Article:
A trenchant passage from David Chang’s new memoir Eat a Peach, a book which has made headlines for its openness about the chef/restaurateur/Netflix personality’s history of depression. Apparently Chang decided to shift the direction of the book after the death of his good friend Anthony Bourdain. I for one am glad he did, ht CWZ:

You want to know if I still think about suicide. Well, there are periods when I don’t, and when I do, it’s usually more academic than emotional.

I think about how nothing I’ve achieved would have been possible if I hadn’t been ready to die from the outset — how my success is completely tied to my depression. I fear losing more of my heroes to suicide … I wonder out loud to my friends if we’ve been sold a false idea of happiness, and I worry I’m just telling myself that as an excuse to be happy.

“Come on, Dave,” you’re saying. “What the hell do you have to be depressed about?”

Nothing. There’s nothing to be depressed about. For those who know me well, it can be a struggle to reconcile my depression with the look of joy on my face when we’re eating and goofing off together. You know how much I love my family and my job and the people I work with. But if you’ve fought depression or know somebody who has, you know that no amount of money can fix it. No amount of fame. No logic. The continuing stigma around suicide and mental illness tells me that not enough people truly understand it. I don’t really blame them — it’s impossible unless you’ve lived it. But there’s this puritanical notion of … depression as some kind of failure of character. Too many of us assume that antidepressants and suicide hotlines and generalized compassion are antidotes — that painting the train station a calm color is going to stop people from jumping. You wouldn’t suggest to a cancer patient that calling a hotline would cure them, would you?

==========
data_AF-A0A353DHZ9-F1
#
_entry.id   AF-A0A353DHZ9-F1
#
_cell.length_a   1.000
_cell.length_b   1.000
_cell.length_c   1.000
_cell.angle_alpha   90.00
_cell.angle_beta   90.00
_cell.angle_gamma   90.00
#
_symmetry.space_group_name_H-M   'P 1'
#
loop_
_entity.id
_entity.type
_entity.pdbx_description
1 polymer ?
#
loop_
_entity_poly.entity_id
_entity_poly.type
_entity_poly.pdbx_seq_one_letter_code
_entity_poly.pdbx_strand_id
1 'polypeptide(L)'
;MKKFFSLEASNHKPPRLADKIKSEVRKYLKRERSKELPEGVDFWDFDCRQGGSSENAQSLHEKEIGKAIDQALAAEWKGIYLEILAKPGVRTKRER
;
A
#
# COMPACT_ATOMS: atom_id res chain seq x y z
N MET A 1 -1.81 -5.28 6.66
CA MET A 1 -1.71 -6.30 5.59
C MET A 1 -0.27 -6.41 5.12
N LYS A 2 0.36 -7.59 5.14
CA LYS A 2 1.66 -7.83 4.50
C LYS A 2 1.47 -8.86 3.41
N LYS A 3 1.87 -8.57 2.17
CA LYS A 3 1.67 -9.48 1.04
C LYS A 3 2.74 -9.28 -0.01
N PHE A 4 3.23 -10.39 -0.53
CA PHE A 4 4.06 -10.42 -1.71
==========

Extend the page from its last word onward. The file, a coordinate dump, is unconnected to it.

To fight this, you need help. Medicine, yes, but people are key. You can’t do it alone.

For Chang, finding a way to live with his depression ends up sounding a whole lot like AA’s “one day at a time” philosophy.

This all raises the question of whether depression is something you can control by simply sucking it up. My answer is no, I don’t think you can overcome it with willpower, but I do believe that dealing with depression is a choice that needs to be made. You have to choose to stand up everyday and keep going. To reject your default setting. To offer another silly analogy, I always liken it to being a  Jedi. It’s easier — and probably cooler — to give in to the dark side. The only way to be a Jedi is to do the hard thing and reject your base instincts.